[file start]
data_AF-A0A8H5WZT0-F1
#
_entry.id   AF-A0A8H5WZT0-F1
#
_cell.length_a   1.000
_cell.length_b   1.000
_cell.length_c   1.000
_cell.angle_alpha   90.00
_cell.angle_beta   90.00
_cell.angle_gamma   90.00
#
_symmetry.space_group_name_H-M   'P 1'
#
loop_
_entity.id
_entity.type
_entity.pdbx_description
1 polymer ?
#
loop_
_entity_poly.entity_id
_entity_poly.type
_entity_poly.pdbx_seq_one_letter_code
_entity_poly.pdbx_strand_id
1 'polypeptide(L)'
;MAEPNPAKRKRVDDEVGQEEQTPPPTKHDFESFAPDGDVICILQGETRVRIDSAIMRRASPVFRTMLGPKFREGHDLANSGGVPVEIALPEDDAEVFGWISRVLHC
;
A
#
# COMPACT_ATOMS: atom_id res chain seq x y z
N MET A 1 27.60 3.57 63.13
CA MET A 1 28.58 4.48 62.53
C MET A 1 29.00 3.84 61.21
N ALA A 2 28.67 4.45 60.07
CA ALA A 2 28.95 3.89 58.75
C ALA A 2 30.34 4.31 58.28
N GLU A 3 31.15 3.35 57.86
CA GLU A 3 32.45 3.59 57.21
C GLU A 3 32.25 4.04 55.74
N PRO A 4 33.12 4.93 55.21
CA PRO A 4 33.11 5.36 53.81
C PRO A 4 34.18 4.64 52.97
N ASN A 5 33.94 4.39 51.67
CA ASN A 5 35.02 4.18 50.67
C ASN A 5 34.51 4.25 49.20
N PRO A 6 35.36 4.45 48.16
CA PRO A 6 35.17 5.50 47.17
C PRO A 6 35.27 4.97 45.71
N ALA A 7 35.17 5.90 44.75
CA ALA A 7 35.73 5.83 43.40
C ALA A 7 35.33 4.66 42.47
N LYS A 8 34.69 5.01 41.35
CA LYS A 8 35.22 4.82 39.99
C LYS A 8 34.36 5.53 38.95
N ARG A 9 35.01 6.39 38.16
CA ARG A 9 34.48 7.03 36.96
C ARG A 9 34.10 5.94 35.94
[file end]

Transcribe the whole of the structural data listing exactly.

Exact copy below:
data_AF-A0A8H5WZT0-F1
#
_entry.id   AF-A0A8H5WZT0-F1
#
_cell.length_a   1.000
_cell.length_b   1.000
_cell.length_c   1.000
_cell.angle_alpha   90.00
_cell.angle_beta   90.00
_cell.angle_gamma   90.00
#
_symmetry.space_group_name_H-M   'P 1'
#
loop_
_entity.id
_entity.type
_entity.pdbx_description
1 polymer ?
#
loop_
_entity_poly.entity_id
_entity_poly.type
_entity_poly.pdbx_seq_one_letter_code
_entity_poly.pdbx_strand_id
1 'polypeptide(L)'
;MAEPNPAKRKRVDDEVGQEEQTPPPTKHDFESFAPDGDVICILQGETRVRIDSAIMRRASPVFRTMLGPKFREGHDLANSGGVPVEIALPEDDAEVFGWISRVLHC
;
A
#
# COMPACT_ATOMS: atom_id res chain seq x y z
N MET A 1 27.60 3.57 63.13
CA MET A 1 28.58 4.48 62.53
C MET A 1 29.00 3.84 61.21
N ALA A 2 28.67 4.45 60.07
CA ALA A 2 28.95 3.89 58.75
C ALA A 2 30.34 4.31 58.28
N GLU A 3 31.15 3.35 57.86
CA GLU A 3 32.45 3.59 57.21
C GLU A 3 32.25 4.04 55.74
N PRO A 4 33.12 4.93 55.21
CA PRO A 4 33.11 5.36 53.81
C PRO A 4 34.18 4.64 52.97
N ASN A 5 33.94 4.39 51.67
CA ASN A 5 35.02 4.18 50.67
C ASN A 5 34.51 4.25 49.20
N PRO A 6 35.36 4.45 48.16
CA PRO A 6 35.17 5.50 47.17
C PRO A 6 35.27 4.97 45.71
N ALA A 7 35.17 5.90 44.75
CA ALA A 7 35.73 5.83 43.40
C ALA A 7 35.33 4.66 42.47
N LYS A 8 34.69 5.01 41.35
CA LYS A 8 35.22 4.82 39.99
C LYS A 8 34.36 5.53 38.95
N ARG A 9 35.01 6.39 38.16
CA ARG A 9 34.48 7.03 36.96
C ARG A 9 34.10 5.94 35.94